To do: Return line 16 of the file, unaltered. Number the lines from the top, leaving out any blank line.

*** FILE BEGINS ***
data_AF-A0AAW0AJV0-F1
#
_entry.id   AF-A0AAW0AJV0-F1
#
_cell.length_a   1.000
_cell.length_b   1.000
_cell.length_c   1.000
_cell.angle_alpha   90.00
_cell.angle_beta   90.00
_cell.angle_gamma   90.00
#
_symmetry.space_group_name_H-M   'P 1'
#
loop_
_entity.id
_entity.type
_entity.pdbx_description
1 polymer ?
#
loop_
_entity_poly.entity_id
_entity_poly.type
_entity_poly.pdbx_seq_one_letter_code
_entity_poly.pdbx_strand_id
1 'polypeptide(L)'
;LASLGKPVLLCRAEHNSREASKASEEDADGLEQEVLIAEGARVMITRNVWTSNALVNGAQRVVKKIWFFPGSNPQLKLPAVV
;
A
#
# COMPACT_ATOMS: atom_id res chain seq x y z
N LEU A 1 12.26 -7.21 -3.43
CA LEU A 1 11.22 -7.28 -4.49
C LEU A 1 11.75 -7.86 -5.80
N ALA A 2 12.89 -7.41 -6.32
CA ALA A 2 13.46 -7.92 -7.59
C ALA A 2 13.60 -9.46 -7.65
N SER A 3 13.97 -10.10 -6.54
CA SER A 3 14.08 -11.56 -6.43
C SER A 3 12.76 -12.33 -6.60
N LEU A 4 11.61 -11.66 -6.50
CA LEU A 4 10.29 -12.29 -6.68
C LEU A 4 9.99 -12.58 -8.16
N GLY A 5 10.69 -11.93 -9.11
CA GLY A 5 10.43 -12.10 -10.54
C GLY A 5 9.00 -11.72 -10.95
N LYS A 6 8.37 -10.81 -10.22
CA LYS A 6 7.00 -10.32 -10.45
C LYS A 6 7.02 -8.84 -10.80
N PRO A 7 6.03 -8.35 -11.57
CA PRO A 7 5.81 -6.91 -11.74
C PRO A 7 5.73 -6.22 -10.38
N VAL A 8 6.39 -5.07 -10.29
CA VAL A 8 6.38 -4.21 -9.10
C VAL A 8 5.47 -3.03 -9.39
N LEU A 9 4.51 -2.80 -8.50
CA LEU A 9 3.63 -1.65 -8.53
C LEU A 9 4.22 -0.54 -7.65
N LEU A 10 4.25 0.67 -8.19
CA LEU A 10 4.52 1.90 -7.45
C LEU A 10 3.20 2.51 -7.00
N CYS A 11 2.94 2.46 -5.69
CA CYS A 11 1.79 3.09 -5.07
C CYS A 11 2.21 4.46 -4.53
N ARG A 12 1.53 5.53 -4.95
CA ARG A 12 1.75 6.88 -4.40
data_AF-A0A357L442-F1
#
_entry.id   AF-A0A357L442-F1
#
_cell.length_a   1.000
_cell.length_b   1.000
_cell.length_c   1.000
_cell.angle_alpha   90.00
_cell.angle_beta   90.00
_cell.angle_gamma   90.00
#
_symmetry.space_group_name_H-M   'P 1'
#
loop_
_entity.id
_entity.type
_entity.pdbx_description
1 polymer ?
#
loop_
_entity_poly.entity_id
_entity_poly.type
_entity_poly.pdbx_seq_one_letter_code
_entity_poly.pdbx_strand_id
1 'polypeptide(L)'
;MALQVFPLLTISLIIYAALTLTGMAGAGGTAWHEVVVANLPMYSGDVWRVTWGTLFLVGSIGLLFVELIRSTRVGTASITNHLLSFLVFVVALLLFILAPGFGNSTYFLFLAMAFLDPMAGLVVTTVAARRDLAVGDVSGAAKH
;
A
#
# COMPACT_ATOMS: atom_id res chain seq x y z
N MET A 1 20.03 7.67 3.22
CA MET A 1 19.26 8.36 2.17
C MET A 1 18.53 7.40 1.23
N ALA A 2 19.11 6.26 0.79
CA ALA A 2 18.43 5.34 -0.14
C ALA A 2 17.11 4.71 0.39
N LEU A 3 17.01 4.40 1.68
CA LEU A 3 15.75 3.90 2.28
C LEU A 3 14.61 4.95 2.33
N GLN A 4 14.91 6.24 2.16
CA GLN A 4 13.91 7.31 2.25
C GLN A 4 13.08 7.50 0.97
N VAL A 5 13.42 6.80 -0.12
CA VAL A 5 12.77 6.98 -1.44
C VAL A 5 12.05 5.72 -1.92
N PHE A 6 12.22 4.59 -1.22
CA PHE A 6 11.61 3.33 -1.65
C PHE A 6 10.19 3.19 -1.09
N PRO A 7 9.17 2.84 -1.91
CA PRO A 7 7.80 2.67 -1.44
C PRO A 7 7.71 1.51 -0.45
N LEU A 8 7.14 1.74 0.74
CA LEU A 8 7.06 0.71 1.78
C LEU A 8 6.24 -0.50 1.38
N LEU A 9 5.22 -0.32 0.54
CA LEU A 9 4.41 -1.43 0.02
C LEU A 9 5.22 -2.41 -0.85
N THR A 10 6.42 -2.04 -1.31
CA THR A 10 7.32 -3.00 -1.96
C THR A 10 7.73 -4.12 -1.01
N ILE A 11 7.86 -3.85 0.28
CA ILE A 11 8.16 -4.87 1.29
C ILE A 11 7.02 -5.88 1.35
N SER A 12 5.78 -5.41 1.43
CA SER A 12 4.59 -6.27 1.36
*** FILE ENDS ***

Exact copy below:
_entity.type